Santa Monica Lookout
|Santa Monica Airport Leases Return to Council|
By Hector Gonzalez
July 14, 2015 -- Controversial three-year lease deals for tenants at Santa Monica Airport drew hundreds of airport opponents the last time they went before the City Council, and now they are back on the agenda for Tuesday's meeting.
An email last week from attorney Jonathan Stein, who represents Sunset Park Anti-Airport (SPAA) and worked to defeat the failed pro-airport Measure D last year, enclosed a copy of a mailer Stein said was sent to more than 9,450 registered voters in Santa Monica urging them to turn out for the Council's meeting Tuesday.
Concerned Residents Against Airport Pollution (CRAAP) also sent out an email blast Monday stressing the importance of the vote.
“Will Mayor McKeown and Council member Sue Himmelrich hold firm with their strong statements that they gave to the FAA in Washington D.C. on July 8, or will they yield to the opinions of their staff?” the group’s director Martin Rubin wrote.
“Will Santa Monica protect the public health of the airport's surrounding communities, or will they protect the aviation's continued use of the airport as is? We should know by Wednesday.”
Last week, Lieu brought a delegation of Santa Monica officials, including Himmelrich and McKeown, and 16 residents to a hearing before senior FAA officials in Washington, D.C. Most of those who spoke urged the FAA to relinquish its claim over the airport, including McKeown.
McKeown told FAA officials last Wednesday the airport “presents unacceptable safety risks” to neighboring residents and endangers their health.
Up for final approval are three-year lease deals for four airport tenants, including an aviation company, along with several month-to-month leases for other tenants, all of which set new rates at market prices. Both opponents and aviation industry officials are against the new agreements, but for different reasons.
SPAA and other opponents say the deals will extend the airport's life and prolong noisy and pollution-generating private jet flights for another three years.
Aviation officials say the new rates, which will raise nearly $10 million a year for the City, are too steep, not long enough, and are unfairly based on Santa Monica's overall market rates for office space.
Meanwhile, a 1984 Settlement Agreement aimed at resolving disputes between the City and federal government over airport noise, pollution, flight paths, hours of operation and numerous other issues expired on July 1.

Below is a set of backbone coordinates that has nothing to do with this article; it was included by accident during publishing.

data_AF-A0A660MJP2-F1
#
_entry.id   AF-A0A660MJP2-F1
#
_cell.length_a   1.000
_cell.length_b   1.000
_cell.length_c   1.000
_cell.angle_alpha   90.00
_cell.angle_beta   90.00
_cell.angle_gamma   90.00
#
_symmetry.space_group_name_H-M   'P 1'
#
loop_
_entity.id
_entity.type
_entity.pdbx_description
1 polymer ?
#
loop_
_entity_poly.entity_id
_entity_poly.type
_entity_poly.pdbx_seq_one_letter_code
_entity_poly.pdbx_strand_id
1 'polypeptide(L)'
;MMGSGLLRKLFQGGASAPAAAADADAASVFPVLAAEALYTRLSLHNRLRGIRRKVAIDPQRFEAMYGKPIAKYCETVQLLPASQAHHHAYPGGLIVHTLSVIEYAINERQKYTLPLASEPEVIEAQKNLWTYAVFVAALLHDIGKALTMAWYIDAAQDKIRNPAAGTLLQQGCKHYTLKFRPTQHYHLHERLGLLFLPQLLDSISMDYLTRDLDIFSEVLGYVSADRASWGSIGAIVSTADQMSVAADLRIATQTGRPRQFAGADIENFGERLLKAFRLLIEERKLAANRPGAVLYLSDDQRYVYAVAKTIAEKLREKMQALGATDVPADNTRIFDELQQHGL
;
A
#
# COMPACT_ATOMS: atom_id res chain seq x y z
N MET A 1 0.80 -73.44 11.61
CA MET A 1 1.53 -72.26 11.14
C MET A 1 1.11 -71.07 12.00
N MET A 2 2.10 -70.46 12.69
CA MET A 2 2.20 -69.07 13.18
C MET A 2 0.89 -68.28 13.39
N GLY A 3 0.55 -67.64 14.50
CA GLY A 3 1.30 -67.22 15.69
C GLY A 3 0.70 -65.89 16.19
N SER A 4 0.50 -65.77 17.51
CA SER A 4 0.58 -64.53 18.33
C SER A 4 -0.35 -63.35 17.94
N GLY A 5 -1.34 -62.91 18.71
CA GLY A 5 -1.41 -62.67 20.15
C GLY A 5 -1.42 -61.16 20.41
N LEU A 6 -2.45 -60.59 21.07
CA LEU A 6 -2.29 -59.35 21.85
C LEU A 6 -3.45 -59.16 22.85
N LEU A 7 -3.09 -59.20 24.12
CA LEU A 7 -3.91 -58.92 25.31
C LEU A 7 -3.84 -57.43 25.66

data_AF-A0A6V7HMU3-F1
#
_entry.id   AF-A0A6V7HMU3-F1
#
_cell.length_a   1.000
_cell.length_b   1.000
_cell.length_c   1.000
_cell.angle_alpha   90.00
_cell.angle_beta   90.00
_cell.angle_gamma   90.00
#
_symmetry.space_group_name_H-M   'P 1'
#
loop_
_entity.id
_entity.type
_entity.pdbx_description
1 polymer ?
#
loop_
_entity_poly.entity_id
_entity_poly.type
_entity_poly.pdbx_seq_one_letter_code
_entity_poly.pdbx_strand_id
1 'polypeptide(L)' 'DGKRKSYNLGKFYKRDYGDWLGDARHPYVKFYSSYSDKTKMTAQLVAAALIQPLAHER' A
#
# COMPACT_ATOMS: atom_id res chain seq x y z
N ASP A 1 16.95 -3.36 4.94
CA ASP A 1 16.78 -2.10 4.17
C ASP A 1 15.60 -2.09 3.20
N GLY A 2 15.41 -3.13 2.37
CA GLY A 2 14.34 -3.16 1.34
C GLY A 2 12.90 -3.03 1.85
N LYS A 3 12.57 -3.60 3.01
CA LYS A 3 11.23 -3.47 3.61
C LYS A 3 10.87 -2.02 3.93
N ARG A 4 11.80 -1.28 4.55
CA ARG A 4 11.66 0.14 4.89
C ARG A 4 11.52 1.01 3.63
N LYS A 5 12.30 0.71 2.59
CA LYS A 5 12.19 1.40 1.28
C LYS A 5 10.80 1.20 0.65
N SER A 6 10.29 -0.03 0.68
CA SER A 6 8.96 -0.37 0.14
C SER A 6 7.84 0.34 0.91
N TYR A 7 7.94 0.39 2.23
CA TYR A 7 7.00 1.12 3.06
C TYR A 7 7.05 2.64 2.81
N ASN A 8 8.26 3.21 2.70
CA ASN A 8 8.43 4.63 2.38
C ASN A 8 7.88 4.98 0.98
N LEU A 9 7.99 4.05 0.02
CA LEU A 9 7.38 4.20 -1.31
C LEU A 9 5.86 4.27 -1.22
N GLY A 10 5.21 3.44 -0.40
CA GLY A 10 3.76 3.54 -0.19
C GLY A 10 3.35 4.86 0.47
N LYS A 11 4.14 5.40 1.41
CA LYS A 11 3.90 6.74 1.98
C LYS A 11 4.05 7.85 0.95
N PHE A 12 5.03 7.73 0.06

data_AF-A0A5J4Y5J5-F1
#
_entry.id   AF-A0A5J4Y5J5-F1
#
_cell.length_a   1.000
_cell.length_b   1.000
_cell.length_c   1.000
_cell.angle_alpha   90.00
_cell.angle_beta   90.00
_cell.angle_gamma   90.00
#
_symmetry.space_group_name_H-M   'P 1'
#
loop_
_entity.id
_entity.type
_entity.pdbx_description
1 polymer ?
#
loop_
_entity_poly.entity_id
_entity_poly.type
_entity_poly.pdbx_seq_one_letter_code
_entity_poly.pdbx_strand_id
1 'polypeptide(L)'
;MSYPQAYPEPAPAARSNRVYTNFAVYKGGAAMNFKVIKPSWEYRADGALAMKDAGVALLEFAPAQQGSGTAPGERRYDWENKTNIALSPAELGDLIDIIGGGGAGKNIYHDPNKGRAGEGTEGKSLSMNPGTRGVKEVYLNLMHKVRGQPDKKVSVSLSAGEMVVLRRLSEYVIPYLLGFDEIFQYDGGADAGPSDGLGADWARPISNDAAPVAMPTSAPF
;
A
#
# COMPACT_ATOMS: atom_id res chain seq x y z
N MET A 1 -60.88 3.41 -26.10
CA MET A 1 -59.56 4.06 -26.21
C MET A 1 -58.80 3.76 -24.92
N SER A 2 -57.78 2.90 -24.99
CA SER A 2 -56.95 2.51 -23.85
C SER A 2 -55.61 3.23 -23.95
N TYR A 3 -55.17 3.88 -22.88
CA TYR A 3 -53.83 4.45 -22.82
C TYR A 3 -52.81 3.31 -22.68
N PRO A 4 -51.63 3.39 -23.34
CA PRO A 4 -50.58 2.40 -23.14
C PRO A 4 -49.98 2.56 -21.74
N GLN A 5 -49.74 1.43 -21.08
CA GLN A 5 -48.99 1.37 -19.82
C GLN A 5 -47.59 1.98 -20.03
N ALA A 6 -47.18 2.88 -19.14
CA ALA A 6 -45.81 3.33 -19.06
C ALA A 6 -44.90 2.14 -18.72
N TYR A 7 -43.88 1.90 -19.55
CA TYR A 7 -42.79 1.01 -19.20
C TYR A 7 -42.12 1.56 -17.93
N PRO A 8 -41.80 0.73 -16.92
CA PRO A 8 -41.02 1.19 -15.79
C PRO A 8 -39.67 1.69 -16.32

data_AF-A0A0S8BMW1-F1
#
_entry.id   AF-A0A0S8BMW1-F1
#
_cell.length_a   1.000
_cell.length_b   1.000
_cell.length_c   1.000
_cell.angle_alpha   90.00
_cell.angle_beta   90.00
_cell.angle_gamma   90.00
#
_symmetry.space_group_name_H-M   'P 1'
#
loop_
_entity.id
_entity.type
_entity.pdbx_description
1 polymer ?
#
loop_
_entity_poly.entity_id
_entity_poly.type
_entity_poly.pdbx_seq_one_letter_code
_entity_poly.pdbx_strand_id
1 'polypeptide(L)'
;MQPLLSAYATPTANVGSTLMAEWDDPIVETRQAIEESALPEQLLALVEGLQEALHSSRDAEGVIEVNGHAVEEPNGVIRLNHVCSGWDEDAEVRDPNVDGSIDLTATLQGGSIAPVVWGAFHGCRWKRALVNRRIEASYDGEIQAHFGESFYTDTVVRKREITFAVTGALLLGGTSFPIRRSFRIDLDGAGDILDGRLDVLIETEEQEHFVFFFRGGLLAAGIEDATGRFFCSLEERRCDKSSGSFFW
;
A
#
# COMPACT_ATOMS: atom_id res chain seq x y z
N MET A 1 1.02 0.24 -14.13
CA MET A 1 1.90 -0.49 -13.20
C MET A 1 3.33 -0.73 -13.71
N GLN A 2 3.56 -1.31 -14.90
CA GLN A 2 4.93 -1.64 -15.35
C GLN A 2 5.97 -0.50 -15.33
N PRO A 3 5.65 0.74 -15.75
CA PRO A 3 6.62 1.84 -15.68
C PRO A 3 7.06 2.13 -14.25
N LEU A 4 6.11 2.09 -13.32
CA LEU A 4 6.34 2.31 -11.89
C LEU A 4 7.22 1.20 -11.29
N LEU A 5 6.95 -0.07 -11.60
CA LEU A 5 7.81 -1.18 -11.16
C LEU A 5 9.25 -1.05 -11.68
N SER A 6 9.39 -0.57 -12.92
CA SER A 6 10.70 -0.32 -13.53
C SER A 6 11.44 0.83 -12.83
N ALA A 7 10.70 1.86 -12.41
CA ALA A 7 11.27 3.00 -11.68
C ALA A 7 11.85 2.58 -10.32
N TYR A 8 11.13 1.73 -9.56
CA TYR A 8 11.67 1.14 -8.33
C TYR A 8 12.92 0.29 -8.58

But new claims by the Federal Aviation Administration (FAA) and the National Business Aviation Association (NBAA) are challenging the City's efforts to reclaim the airport property for other uses, said City Attorney Marsha Jones Moutrie in her report for the Council's meeting this week.
FAA officials are claiming that a 1948 document, called an Instrument of Transfer, obligates the City to “use the parcel covered by that instrument as an airport in perpetuity,” Moutrie wrote.
A second challenge came in letter to McKeown in March from NBAA CEO Steve Brown claiming the terms of a federal Airport Improvement Grant require the City to operate the airport and “remain effective until 2023.”
Brown challenged the legality of the three-year lease agreements, saying airport tenants are entitled to “an opportunity to sign long-term leases.” The month-to-month terms “certainly are non-compliant,” said Brown.
In her report Moutrie said her office is fighting the claims in federal court and through the FAA's administrative process, but she added it's “uncertain when each will end and most likely neither will conclude for another 2-3 years.”
Although the City still believes “that, as of July 1, 2015, it has the legal authority to determine the future land use, Moutrie conceded that “faced with these legal and practical realities” the City “is continuing to operate the Airport responsibly and lawfully, while taking all measures possible to reduce adverse impacts on local health, safety and welfare, including adverse financial impacts upon the City.”
Moutrie said the proposed 3-year agreements contain an exit clause allowing the City to terminate the contract if it regains control of the entire property before the terms expire in 2018.
But in the mailer, SPAA and Stein say Moutrie is misinterpreting the FAA's requirements regarding the three-year deals.
“That's 100 percent wrong,” said the mailer. “The FAA has made no written demand to renew any jet aviation leases.”
The mailer also citied a 2000 FAA determination that reiterated the City's obligation to operate the airport “only for the duration of the Agreement” through July 1, 2015.
Titled “Ask Them Why They Switched Sides To Favor 3-Year Jet Aviation Leases” the mailer lists Council members Gleam Davis, Terry O'Day, Ted Winterer, Pam O'Connor and Mayor Kevin McKeown as having “switched sides” to now favor the three-year deals.
Among those listed on the mailer as favoring month-to-month deals with all airport tenants are Santa Monica Council members Tony Vazquez and Sue Himmelrich, L.A. City Councilman Mike Bonin, who represents Venice, and U.S. Representatives Ted Lieu and Karen Bass.
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